“No. But not totally by my choice. Not long after I arrived in Athkatla, Amn was stricken with an outbreak of plague, some places more devastated than others. Hearing that Trademeet had a particularly dire occurrence of the disease, I left the city and traveled to my childhood home only to find my family had become victims as well. They all had perished before I arrived. My mother lay blackened in her bed. My father slumped at the kitchen table with blackened skin and his eyes frozen open in disbelief. My brother sat leaning by the fireplace as though he were waiting to put more wood on an non-existent blaze.

They were so diseased that even the insects would not go near them and their flesh had refused to rot. So I took my shovel and buried each of them behind the little house and said a prayer to Helm to grant them asylum. Then I set fire to the little house where I was born and burned it to the ground.” He swirled his glass one more time then raised it up and emptied it. He snapped his fingers impatiently and the headman instantly was at his side with a fresh bottle.

“And you, dear Lady,” he began. “I would love to ask you about you, but I already know all there is to know. And have known for the past two years. Does that surprise you?” He seemed to be slightly tipsy.

“No, it does not surprise me, but I do wonder why,” I replied calmly. “I am quite positive that I am not so interesting that even my favorite foods are researched and catalogued.”

“It was necessary that I find out everything I could about you, Glory. It was necessary because of the threat we face. I had to know if you were up to the task. You just happened to be part of an almost ready-made kit for extinguishing it.”

I didn’t know what he meant.

“Please go on, do explain,” I coaxed him.

“A combination of your own academic and professional interests and one of your best friends, Riona, an expert adventuress with a very hardy band of dedicated followers. Oh, and let us not forget your formidable husband Hendak and his quintessential mother, the Goddess Waukeen. It was an irresistible package deal designed by the Gods themselves. I couldn’t have put it together myself in a hundred years.

“It’s not unlike when I first met Riona and ‘coaxed’ her to rid our fair city of Bodhi. It took some doing, but she accomplished the goal and she got her sister back, too.”

Just as Anomen had told me. The fine and expert manipulation of one Aran Linvail, master strategist. It all fell perfectly into place now.

“And what do you have to gain from all of this,” I asked. “If we are successful, I mean..” I had to know.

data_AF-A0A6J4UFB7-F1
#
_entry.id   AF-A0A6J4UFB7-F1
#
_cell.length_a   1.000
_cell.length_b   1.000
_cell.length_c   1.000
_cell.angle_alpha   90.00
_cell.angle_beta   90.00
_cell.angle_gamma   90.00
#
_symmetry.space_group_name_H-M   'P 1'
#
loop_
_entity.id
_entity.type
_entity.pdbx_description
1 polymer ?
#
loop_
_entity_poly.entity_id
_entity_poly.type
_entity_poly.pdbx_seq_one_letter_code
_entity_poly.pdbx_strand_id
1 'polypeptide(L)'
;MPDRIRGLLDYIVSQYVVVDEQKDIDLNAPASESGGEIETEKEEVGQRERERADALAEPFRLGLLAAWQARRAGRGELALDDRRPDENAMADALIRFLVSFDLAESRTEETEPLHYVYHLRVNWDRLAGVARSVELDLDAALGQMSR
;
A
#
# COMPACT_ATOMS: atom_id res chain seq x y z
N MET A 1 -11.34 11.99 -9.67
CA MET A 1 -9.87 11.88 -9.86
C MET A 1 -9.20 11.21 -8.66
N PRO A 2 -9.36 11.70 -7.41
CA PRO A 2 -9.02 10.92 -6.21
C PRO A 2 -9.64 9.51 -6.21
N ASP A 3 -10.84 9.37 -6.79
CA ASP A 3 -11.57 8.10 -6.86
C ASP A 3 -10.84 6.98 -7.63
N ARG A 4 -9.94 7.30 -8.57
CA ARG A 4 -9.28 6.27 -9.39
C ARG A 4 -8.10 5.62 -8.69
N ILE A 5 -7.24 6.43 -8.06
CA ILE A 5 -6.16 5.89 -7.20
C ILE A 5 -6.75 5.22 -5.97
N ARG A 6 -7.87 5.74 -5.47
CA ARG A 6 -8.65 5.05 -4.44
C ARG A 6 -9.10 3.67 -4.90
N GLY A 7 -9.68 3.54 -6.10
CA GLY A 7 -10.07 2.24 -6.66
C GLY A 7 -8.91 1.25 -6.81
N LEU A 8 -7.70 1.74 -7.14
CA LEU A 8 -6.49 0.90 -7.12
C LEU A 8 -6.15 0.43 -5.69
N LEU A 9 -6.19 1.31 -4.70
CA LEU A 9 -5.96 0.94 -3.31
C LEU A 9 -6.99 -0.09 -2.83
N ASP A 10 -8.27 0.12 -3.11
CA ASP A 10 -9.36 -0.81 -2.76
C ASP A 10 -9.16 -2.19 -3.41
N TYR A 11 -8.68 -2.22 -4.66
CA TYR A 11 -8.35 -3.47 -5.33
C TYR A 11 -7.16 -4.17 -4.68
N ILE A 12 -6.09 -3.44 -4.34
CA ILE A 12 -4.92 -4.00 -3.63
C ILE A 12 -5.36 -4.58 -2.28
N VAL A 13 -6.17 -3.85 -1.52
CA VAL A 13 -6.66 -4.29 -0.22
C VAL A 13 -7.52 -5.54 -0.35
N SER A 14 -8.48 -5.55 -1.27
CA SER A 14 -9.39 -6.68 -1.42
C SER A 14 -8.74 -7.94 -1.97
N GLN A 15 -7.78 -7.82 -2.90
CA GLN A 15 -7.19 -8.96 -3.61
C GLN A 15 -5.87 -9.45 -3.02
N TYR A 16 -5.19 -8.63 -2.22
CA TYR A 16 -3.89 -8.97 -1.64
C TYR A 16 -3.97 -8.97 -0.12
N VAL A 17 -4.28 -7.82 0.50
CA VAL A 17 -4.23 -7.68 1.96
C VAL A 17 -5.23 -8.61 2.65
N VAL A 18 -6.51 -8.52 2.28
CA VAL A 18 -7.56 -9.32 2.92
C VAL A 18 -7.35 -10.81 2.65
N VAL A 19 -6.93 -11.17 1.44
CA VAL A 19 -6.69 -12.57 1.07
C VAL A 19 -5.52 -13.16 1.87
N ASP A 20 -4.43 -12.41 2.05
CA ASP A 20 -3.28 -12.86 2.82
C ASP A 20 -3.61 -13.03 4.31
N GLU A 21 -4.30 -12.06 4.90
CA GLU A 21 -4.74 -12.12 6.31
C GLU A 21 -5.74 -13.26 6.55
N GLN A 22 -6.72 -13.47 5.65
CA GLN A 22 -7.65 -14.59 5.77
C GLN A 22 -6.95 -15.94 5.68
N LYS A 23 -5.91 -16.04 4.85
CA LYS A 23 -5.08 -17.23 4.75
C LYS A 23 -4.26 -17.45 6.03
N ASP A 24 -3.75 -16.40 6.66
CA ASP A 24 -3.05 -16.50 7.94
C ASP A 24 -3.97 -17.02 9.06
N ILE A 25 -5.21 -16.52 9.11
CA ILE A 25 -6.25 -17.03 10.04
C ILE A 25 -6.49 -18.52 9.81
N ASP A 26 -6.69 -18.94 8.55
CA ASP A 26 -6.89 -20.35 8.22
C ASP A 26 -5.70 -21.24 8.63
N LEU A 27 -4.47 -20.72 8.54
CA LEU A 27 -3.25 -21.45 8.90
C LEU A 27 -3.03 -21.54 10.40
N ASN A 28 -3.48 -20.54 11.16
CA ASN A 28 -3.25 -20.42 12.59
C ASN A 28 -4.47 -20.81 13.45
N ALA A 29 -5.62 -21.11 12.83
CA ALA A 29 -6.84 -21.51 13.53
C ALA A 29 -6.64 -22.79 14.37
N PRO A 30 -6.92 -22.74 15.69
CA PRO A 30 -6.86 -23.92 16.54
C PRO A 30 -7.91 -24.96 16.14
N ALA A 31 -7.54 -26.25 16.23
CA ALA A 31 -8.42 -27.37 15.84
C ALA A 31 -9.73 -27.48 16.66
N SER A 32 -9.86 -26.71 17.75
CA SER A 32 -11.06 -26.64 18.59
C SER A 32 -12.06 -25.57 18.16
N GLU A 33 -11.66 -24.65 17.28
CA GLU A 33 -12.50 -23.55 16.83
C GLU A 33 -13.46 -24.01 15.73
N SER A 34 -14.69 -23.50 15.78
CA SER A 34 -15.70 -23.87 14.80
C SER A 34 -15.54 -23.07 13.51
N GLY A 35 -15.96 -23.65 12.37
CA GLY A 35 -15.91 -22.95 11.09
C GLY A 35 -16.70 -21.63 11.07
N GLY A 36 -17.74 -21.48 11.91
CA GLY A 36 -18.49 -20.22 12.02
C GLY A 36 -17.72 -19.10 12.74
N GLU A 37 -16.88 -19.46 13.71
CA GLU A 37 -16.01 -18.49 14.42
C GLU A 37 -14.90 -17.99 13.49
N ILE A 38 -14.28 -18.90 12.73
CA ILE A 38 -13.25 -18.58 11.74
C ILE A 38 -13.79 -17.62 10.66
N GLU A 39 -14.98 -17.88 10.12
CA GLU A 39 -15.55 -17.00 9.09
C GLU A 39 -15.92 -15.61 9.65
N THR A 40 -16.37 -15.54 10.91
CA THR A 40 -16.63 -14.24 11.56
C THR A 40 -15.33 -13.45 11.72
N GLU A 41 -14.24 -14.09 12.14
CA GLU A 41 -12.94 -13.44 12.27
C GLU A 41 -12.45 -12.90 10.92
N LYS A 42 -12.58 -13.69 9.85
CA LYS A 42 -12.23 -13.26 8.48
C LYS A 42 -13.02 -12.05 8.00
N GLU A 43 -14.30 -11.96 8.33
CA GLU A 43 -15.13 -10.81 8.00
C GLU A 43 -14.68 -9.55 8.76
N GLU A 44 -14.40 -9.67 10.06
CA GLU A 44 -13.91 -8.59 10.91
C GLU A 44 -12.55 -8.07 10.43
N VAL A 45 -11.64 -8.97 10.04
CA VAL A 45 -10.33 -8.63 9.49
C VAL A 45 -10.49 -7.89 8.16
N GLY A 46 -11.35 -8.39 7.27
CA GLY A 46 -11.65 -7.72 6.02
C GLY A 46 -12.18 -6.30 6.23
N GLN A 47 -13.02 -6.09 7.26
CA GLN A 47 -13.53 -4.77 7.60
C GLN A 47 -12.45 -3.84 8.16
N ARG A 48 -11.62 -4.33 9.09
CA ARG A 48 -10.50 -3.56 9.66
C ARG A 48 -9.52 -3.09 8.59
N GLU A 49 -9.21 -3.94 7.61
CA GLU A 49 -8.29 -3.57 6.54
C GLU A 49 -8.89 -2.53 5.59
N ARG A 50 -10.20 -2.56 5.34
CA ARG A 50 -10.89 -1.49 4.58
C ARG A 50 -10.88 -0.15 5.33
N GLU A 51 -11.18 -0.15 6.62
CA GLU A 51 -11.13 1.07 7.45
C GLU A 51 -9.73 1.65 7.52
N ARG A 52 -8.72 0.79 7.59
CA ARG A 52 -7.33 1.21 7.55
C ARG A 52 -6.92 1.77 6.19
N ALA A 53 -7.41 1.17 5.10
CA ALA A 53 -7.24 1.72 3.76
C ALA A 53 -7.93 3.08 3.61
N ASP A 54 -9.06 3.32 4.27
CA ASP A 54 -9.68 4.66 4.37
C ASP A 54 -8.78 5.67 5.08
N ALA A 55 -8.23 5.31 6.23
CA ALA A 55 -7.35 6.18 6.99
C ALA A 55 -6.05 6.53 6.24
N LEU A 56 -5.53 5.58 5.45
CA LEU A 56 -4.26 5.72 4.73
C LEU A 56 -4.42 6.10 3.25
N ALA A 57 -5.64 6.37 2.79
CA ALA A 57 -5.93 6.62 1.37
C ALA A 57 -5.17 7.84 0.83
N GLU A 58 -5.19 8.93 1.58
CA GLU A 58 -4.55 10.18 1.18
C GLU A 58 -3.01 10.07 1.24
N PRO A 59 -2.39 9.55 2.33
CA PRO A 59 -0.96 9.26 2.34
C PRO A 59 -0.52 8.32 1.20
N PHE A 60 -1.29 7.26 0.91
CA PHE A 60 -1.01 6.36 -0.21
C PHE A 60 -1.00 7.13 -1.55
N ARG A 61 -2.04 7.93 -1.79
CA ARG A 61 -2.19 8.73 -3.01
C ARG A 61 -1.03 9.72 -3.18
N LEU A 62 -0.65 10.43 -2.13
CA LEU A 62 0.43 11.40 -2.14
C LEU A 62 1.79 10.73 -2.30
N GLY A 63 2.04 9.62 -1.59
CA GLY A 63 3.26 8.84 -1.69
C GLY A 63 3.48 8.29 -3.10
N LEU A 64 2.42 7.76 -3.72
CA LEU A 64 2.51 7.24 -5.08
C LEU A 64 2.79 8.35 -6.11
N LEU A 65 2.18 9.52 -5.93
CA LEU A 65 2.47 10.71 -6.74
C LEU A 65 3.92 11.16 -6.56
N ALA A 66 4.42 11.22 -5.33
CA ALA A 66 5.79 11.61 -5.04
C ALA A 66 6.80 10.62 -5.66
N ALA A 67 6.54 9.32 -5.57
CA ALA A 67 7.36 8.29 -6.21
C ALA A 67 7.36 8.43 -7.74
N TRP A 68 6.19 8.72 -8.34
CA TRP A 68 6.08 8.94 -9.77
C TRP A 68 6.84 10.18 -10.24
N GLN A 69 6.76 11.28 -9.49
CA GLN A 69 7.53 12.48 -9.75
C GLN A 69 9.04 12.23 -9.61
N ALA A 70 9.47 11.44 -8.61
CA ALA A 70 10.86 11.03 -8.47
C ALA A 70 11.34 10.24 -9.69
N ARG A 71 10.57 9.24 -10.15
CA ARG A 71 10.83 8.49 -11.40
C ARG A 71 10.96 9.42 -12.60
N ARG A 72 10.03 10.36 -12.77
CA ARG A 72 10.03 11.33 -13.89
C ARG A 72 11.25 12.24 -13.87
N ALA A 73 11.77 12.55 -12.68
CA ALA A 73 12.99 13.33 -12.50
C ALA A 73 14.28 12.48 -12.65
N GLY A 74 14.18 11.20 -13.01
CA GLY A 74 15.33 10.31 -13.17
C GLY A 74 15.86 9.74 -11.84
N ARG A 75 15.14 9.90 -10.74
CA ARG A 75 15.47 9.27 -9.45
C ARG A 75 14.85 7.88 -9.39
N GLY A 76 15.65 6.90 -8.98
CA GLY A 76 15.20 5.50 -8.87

“I gain nothing. I just get to keep what I already have,” he emphatically replied. He had emptied his glass and again snapped his fingers. It was filled immediately.

“And life goes on. You get to go back to your husband and your children and your little practice, and I get to continue master minding the seamier enterprises of our fair city and a few places beyond, and the fair citizenry of Amn is none the wiser.”

“You sound bitter,” I said softly and allowed my glass to be refilled.

“I am too much of a pragmatist to ever be bitter, dear Lady,” he laughed. “Sardonic and cynical, yes. But bitter, no. I learned a long time ago to live with my choices no matter how uncomfortable they might make other people.” He suddenly leaned over the table and looked squarely into my eyes.

“I can offer you nothing, my Lady, but my resources and the information they can supply. You and Riona are truly the only ones who can dispel this menace on the front line. My minions are worthless to you other than minor protection. It is up to the both of you to stop this before it goes further and the whole of the Council of Six in under domination and we find ourselves at the mercy of the illithids’ bidding.”

A thought sprang to mind. I was about to ask a very illegal question, but if one were going to do something very illegal, what better place to do it?

“Aran, are you one of the Council of Six?”

His eyes became hard as he stared at me before answering. His fingertips tapped lightly on the side of his glass as he debated his reply. He leaned uncomfortably back in his chair.

“And, madam, why would you ask such a thing. You do realize that noblesse respectability is something totally foreign to me. I am but a poor farmer’s son who has done well in the big city.” He had not answered my question.

“Respectability has nothing to do with it…. But power does,” I replied.

An ironic half-smile pulled at the corner of his mouth, as he stared at his glass. “Ah, yes. Power. The very essence of my existence. Where would I be without it?”

“You still have not answered me, Aran, and I need to know. Not for my own personal curiosity, but we have to have a link into the inner Council,” I replied. “And, if you are, I will have to provide you with the protection necessary to avert any possible subversion – that is, as soon as we can find a means to do so.”

He swilled his glass and it was instantly refilled. The headman stepped out of earshot.

“Assume what you will, lovely Lady,” he leaned over the table and gently covered my hand with his. “Because if the power I hold is subverted in any way, there will catastrophic consequences felt the width and breath of Faerun.”

There was a heavy silence. He hadn’t answered my question directly, but he had given me the information I needed.

“And did you send Sashar to see me?” I asked, changing the subject.

“Not directly. There is an intermediary whom I entrusted with the facts as I know them. But I knew that Sashar would get your attention and that you would find him credible. With virtually no other evidence to rely upon, it had to be someone whose word could be taken at face value.” He laughed a slightly tipsy laugh. “And, ‘credibility’, my dear lady, is not amongst my better virtues.”